Alain Rozan & The Reprobates: “Boogie Woogie”

Alain Rozan & The Reprobates “Boogie Woogie”

French born, and current New York resident, Alain Rozan teams up with the band the Reprobates for his latest release Boogie Woogie.  Though there are elements of blues and boogie woogie sprinkled throughout the album, the album goes beyond a single genre as it expands into both French and American folk music, rock, pop and other genres in a blend that is both unique and highly personal.  Rozan’s musical background is rich and diverse, and he brings all of these different streams together into a concentrated focus that is at once diverse and held together at the same time.

There are moments when Rozan and company reach back to ‘60s America in songs like “Too Big to Bop,” which even has shades of ‘50’s vocal groups mixed in with its early rock and surf harmony and rhythms.   The guitar tone on the lead lines brings to mind the great California bands of the ‘60s, with their energetic phrases and Stratocaster tone that has now become a staple of the rock guitar world.  Rozan also takes a dive into the American South with his track “N’Awlins Two Steps.”  Here, the singer and songwriter pays tribute to the great city of New Orleans, with the accordion groove provided an Acadian backdrop for the guitar riff that permeates the background through the song’s verse sections.  With a deep knowledge and love of classic American rock and roll, from different regions of this vast country, Rozan is able to write in a historical style, but keep things diverse at the same time as he moves between the different sub-genres that made up early rock and roll.

On “Le Banc de Pierre,” Rozan returns to his native French as he sings the song’s narrative, mixing the lyrics with a quasi-Reggae groove that is laid down by the guitar.  To differentiate the groove from a strict Jamaican feel, there is a double-timed percussion part that weaves its way through the verse sections of the song, providing a personal touch to the underlying Reggae groove of the song.  Rozan also breaks things up with the instrumental song “Raisin’ Heaven in Hell,” where the guitar and accordion take center stage during this short but entertaining tune.  By using an instrumental to break things up musically, Rozan is allowing his audience to take a bit of a side-trip into another side of his artistic output, while at the same time keeping the groove and harmonic-melodic content in line with the rest of the album.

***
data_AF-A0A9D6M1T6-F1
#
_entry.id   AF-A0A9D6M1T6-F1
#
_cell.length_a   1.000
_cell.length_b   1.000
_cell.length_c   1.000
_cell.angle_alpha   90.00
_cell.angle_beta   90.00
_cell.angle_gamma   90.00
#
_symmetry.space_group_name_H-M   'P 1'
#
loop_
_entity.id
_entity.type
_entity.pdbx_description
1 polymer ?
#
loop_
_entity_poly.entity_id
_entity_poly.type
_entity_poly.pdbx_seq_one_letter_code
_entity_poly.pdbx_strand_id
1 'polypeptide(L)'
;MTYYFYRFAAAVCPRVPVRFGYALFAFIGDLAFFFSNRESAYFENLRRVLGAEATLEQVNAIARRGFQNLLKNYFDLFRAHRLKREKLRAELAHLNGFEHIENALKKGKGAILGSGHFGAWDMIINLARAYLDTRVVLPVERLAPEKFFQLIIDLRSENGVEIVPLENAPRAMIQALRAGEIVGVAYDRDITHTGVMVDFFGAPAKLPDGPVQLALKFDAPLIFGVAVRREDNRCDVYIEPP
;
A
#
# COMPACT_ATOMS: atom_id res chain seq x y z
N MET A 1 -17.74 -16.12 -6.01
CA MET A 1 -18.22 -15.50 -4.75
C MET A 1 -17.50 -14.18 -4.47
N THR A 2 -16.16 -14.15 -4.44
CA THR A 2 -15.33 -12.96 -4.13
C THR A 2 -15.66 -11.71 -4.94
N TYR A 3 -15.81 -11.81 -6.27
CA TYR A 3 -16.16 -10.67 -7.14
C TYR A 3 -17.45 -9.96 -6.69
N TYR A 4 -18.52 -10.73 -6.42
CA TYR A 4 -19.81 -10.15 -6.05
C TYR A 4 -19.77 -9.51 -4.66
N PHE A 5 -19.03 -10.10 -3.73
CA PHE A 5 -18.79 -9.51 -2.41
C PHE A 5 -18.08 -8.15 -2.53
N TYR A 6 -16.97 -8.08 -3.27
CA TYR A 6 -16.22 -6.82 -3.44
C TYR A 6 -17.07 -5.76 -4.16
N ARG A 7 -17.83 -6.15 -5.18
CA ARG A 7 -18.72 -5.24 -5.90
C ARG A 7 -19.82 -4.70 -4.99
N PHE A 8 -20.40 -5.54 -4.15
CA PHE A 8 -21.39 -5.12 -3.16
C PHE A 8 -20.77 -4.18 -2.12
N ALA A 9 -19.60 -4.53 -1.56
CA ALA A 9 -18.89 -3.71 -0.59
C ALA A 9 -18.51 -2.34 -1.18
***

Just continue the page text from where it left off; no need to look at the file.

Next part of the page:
Though there are a lot of strong moments on the album, in particular the grooves, accordion and guitar lines, there are moments when the melody line becomes a bit predictable and drags on the overall success of a few of the songs on the record.  “New York City” and “Real American” are both interesting songs from a rhythmic and harmonic perspective, but the melody line becomes a bit stale during the course of the song.  With eleven songs on the album, having a couple of songs with quasi-stagnant melody lines isn’t a huge deal, just something that Rozan might think about for his next project.  Both songs have interesting lyrics, and with a few tweaks and turns with the melody they could both be raised up from good songs to great songs.

Overall, Boogie Woogie is a musically diverse album that leads the listener down different musical paths while keeping them locked together with Rozan’s artistic personality and musicianship.  Sometimes albums with so many genres being weaved into the songs can become loose and lose its direction, but this is not one of those cases as the musicianship of the band and Rozan keep things locked together and moving forward.

Review by Matthew Warnock
Rating:  3.5 Stars (out of 5)

This entry was posted in Matt Warnock, Reviews and tagged . Bookmark the permalink.
 

Matt Warnock
Genres: Jazz, Rock, Indie, Classical, Blues, Metal, World Music, Country


Dr. Matt Warnock is a highly experienced music journalist, educator and performer who has written books for Hal Leonard and Mel Bay, as well as hundreds of articles for Just Jazz Guitar Magazine, All About Jazz.com and Modern Guitar Magazine. Currently, he is Editor in Chief for Guitar International Magazine where, beyond his editorial duties, he has interviewed some of the biggest names in the business including Robby Krieger, Ace Frehley, Brian Aubert , George Benson and John Pizzarelli. Matt is also Director of Guitar Studies at Western Illinois University and the Executive Director of the WIU Guitar Festival.

“Boogie Woogie” is available on all digital download distributors, (Itunes store, Amazon.com, etc…)


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